(John Rawson wrote:- ) Joe, just one caution on bank lending.
In this country, and possibly in Jeff's, banks make no credit entry in the
borrower's account and the new money doesn't show up as a deposit until
transferred to another account in credit. And of course, if the other account is
overdrawn by more than the deposit, it simply reduces the recipient's overdraft
without showing up as a deposit at all. The money has a very brief life, the
time involving the transfer from one bank to another. It is cancelled out of
existence when it meets an equivalent OD.
I just make this point to try to head off a long discussion based on slightly
different methods in different economies.
Incidentally, where does your bank show your debt? In a totally different
(Joe replies:- ) I don’t have a Bank balance sheet at hand to see how
it’s actually stated, but I would imagine your debt (the bank ‘loan’) would be
shown as a type of “Account Receivable” on the books of the bank, and is
classified as an ‘Asset’. Same as any other business would classify its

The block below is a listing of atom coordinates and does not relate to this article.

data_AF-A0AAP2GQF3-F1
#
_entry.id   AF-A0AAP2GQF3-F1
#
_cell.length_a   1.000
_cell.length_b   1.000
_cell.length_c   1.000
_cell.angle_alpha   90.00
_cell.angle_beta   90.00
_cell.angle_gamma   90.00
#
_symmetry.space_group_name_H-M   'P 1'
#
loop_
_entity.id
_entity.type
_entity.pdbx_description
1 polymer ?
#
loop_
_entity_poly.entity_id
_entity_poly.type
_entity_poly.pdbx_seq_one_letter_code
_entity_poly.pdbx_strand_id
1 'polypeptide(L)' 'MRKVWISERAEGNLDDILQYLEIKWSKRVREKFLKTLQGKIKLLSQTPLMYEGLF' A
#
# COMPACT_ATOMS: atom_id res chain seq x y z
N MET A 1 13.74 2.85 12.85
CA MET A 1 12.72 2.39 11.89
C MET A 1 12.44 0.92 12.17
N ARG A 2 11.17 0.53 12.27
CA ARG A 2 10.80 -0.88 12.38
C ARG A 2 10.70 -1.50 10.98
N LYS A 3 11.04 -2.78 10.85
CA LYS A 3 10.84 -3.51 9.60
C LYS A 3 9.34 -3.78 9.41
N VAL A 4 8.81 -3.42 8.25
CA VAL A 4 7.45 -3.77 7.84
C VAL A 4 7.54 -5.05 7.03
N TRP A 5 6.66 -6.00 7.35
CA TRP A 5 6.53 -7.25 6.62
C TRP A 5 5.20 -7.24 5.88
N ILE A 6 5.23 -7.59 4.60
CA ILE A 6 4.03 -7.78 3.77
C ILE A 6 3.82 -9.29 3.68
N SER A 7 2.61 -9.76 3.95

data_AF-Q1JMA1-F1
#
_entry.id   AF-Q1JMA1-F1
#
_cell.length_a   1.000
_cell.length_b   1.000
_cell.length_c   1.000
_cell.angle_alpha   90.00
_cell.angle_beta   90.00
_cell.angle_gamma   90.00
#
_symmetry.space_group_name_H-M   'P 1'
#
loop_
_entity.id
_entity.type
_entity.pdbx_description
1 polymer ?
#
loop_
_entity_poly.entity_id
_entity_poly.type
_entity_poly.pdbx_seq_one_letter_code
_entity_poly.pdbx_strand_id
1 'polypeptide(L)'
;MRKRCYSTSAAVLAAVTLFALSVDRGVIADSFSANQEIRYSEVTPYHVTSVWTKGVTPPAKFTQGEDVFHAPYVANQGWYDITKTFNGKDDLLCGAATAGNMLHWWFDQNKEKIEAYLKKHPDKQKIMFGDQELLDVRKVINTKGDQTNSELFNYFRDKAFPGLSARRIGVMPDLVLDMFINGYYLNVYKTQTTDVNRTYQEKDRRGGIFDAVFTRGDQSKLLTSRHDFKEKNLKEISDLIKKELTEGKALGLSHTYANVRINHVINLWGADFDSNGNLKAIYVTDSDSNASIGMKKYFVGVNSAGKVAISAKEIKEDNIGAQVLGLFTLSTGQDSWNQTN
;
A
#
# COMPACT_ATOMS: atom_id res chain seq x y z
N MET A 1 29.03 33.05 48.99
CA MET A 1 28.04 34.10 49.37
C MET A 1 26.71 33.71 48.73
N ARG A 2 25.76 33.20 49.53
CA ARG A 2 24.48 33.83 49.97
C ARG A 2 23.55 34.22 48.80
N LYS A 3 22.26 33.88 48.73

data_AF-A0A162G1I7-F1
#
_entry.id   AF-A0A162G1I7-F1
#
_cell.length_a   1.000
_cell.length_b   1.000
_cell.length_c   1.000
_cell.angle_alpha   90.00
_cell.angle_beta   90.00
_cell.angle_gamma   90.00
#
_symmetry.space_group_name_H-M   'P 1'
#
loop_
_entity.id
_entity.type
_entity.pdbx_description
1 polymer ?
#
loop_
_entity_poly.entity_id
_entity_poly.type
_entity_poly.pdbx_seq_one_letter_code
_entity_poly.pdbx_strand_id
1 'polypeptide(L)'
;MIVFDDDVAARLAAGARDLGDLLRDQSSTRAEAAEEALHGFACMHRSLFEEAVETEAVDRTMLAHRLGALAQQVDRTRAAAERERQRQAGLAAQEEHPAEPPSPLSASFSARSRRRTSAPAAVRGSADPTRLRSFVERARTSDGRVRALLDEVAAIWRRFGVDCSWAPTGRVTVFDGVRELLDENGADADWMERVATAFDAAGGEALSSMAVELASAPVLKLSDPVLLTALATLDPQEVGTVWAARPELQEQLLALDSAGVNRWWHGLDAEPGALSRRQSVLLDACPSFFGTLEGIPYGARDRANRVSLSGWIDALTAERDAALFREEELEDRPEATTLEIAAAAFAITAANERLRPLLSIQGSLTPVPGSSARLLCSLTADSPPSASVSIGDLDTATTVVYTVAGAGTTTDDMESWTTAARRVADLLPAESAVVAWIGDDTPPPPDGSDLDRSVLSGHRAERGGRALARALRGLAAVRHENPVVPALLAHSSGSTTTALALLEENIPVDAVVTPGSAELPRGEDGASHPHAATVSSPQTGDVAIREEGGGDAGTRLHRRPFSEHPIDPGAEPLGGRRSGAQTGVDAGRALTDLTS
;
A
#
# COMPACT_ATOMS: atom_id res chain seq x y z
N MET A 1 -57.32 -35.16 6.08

‘accounts receivable’ as part of its ‘Assets’. Your ‘Promissory Note’ is the
physical description of that ‘asset’, just like your ‘tractor’ might be the
physical description of an ‘asset’ in your books with a ‘money’ figure attached
to it. Just like you with your tractor, the Bank or anyone else holding a
“promissory note’ (generally held along with some attached collateral ‘security’,
like a ‘mortgage’), can ‘sell’ that asset.
The bank’s ‘Loans’ are always considered to be its “Assets”, the
corresponding ‘Deposits’ to those ‘Loans’, (and any ‘customer’ deposits, too) are
its ‘Liabilities’. As someone once said, “a bank can’t lend it ‘liabilities’
“, and it doesn’t. Whether the Bank collects on its ‘accounts receivable’
(from you), or not, it’s still on the hook for whatever you’ve transferred out of
your account as an ‘account payable’ (to others) so long as your account has a
positive balance sufficient enough to cover that amount. .